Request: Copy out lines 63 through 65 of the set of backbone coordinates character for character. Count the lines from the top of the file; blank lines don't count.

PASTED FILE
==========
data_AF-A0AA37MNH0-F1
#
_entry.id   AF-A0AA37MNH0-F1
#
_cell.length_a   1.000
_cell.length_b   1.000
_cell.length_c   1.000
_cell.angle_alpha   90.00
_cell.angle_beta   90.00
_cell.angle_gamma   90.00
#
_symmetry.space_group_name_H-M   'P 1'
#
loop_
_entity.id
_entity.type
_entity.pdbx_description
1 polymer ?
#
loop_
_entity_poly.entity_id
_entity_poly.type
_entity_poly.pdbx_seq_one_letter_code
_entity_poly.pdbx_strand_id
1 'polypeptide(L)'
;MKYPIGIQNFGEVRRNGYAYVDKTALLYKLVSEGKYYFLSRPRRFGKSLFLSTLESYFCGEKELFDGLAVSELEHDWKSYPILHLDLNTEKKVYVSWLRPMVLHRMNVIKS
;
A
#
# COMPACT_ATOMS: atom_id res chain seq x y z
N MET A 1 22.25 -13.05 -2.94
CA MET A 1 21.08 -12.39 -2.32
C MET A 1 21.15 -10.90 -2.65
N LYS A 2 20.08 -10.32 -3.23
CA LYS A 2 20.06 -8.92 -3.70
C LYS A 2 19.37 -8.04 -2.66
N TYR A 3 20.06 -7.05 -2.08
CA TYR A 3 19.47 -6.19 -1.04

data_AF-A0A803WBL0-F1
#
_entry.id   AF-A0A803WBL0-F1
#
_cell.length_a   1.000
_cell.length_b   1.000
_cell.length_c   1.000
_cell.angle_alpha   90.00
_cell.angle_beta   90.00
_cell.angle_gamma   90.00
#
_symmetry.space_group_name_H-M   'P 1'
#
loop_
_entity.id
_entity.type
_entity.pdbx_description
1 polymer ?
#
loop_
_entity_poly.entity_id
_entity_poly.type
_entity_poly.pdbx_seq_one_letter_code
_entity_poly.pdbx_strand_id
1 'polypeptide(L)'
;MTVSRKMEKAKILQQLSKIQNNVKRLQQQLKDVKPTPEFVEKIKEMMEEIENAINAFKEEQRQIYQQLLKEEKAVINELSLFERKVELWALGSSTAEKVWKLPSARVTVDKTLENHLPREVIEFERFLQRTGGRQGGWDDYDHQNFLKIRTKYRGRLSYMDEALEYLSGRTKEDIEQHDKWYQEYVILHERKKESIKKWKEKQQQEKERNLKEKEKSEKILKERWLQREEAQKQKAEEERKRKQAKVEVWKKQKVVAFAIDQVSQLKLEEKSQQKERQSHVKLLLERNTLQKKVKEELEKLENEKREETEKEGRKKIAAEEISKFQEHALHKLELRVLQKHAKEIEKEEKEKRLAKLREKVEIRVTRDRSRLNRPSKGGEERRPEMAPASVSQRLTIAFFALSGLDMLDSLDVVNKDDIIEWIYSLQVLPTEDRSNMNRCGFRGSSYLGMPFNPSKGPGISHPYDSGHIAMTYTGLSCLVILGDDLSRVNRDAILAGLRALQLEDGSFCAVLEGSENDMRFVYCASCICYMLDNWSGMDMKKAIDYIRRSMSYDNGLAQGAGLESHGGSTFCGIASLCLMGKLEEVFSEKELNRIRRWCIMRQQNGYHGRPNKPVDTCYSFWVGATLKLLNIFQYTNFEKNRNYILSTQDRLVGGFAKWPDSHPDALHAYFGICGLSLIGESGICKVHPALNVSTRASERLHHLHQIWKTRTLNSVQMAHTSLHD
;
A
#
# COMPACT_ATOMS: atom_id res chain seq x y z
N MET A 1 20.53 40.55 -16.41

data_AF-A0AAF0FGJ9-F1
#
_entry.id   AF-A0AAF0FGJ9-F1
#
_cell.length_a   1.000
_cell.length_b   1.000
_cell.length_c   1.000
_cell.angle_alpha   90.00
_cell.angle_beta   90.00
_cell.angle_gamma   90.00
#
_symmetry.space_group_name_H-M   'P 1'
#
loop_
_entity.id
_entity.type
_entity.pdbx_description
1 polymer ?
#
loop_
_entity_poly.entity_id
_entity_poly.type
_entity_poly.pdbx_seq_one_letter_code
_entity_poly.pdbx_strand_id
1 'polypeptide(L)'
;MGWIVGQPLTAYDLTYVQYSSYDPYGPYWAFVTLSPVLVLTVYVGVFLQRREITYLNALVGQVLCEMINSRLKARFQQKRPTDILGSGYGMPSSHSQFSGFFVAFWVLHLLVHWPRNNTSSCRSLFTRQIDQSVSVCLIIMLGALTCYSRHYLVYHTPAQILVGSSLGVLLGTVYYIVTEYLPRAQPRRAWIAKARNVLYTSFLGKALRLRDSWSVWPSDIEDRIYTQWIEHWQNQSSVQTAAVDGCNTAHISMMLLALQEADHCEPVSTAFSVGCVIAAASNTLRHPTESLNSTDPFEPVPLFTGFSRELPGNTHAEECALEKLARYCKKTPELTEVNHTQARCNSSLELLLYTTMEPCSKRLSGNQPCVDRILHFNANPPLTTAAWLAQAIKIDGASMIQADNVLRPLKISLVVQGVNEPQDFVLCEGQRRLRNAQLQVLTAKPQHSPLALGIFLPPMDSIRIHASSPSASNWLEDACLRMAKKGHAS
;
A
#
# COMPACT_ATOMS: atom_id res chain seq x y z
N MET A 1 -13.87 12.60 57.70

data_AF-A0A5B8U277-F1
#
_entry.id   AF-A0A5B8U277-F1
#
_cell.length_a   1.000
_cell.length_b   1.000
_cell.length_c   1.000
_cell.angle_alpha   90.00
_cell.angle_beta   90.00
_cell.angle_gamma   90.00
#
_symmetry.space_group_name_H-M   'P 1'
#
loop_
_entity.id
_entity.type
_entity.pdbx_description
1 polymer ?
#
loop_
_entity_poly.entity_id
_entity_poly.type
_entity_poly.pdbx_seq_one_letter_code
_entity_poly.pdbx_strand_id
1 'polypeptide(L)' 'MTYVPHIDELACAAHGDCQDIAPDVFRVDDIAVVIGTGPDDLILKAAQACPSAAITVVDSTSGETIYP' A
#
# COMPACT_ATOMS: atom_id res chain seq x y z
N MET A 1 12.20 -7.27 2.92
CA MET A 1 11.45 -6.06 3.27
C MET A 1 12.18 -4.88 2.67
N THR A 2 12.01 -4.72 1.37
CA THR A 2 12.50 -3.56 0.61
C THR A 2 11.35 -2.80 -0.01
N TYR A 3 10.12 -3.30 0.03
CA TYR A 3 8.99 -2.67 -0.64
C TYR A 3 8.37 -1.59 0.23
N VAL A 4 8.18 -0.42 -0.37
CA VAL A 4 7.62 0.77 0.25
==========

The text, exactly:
1 'polypeptide(L)'
;MTVSRKMEKAKILQQLSKIQNNVKRLQQQLKDVKPTPEFVEKIKEMMEEIENAINAFKEEQRQIYQQLLKEEKAVINELSLFERKVELWALGSSTAEKVWKLPSARVTVDKTLENHLPREVIEFERFLQRTGGRQGGWDDYDHQNFLKIRTKYRGRLSYMDEALEYLSGRTKEDIEQHDKWYQEYVILHERKKESIKKWKEKQQQEKERNLKEKEKSEKILKERWLQREEAQKQKAEEERKRKQAKVEVWKKQKVVAFAIDQVSQLKLEEKSQQKERQSHVKLLLERNTLQKKVKEELEKLENEKREETEKEGRKKIAAEEISKFQEHALHKLELRVLQKHAKEIEKEEKEKRLAKLREKVEIRVTRDRSRLNRPSKGGEERRPEMAPASVSQRLTIAFFALSGLDMLDSLDVVNKDDIIEWIYSLQVLPTEDRSNMNRCGFRGSSYLGMPFNPSKGPGISHPYDSGHIAMTYTGLSCLVILGDDLSRVNRDAILAGLRALQLEDGSFCAVLEGSENDMRFVYCASCICYMLDNWSGMDMKKAIDYIRRSMSYDNGLAQGAGLESHGGSTFCGIASLCLMGKLEEVFSEKELNRIRRWCIMRQQNGYHGRPNKPVDTCYSFWVGATLKLLNIFQYTNFEKNRNYILSTQDRLVGGFAKWPDSHPDALHAYFGICGLSLIGESGICKVHPALNVSTRASERLHHLHQIWKTRTLNSVQMAHTSLHD
;